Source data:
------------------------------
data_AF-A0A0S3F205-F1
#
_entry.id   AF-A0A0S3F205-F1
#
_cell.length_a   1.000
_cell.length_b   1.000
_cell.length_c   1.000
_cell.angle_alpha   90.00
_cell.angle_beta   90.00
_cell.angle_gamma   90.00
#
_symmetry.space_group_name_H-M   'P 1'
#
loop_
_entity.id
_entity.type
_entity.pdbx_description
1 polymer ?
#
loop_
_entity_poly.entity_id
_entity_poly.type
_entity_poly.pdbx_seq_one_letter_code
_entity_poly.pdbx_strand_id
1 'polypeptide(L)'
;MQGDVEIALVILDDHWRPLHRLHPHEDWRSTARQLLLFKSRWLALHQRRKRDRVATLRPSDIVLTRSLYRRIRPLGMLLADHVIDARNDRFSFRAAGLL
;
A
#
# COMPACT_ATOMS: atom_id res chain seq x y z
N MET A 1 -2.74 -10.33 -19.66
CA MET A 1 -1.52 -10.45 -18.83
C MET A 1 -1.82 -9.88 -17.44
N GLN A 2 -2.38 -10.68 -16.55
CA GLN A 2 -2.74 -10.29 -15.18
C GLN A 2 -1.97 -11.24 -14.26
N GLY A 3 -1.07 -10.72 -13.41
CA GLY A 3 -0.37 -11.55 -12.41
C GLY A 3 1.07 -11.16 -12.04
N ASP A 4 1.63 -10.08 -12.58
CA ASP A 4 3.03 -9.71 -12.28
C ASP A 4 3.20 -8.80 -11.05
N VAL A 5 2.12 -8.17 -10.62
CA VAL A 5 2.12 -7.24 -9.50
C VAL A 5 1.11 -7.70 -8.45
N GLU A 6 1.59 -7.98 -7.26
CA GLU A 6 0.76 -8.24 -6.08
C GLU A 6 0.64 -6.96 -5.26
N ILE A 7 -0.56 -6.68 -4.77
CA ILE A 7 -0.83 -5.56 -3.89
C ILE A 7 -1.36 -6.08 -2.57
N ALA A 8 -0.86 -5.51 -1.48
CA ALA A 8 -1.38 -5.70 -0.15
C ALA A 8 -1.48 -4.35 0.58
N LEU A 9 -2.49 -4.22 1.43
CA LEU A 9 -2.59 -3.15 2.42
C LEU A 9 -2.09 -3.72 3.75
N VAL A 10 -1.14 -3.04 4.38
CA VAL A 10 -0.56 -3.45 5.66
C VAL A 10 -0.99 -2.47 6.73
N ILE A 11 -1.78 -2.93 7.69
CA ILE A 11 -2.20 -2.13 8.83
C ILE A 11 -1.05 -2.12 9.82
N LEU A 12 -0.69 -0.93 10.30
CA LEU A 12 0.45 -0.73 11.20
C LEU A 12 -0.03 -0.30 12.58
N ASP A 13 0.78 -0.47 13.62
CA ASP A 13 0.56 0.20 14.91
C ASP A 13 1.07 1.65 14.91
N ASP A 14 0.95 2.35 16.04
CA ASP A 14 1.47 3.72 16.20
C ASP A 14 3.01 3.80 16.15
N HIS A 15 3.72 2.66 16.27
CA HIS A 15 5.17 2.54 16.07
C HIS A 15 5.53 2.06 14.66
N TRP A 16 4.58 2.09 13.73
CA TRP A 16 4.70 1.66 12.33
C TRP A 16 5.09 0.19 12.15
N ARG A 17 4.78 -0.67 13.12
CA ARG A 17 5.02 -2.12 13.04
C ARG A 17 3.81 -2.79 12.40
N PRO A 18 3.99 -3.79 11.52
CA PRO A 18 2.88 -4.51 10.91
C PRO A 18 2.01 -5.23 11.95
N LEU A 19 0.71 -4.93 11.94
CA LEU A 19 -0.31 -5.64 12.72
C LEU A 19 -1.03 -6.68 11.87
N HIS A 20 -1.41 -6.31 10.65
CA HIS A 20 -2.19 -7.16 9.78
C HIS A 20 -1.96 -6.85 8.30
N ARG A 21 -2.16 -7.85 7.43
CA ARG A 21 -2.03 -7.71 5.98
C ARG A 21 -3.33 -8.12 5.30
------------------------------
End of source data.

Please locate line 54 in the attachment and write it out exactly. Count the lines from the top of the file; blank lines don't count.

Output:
C ALA A 8 -1.48 -4.35 0.58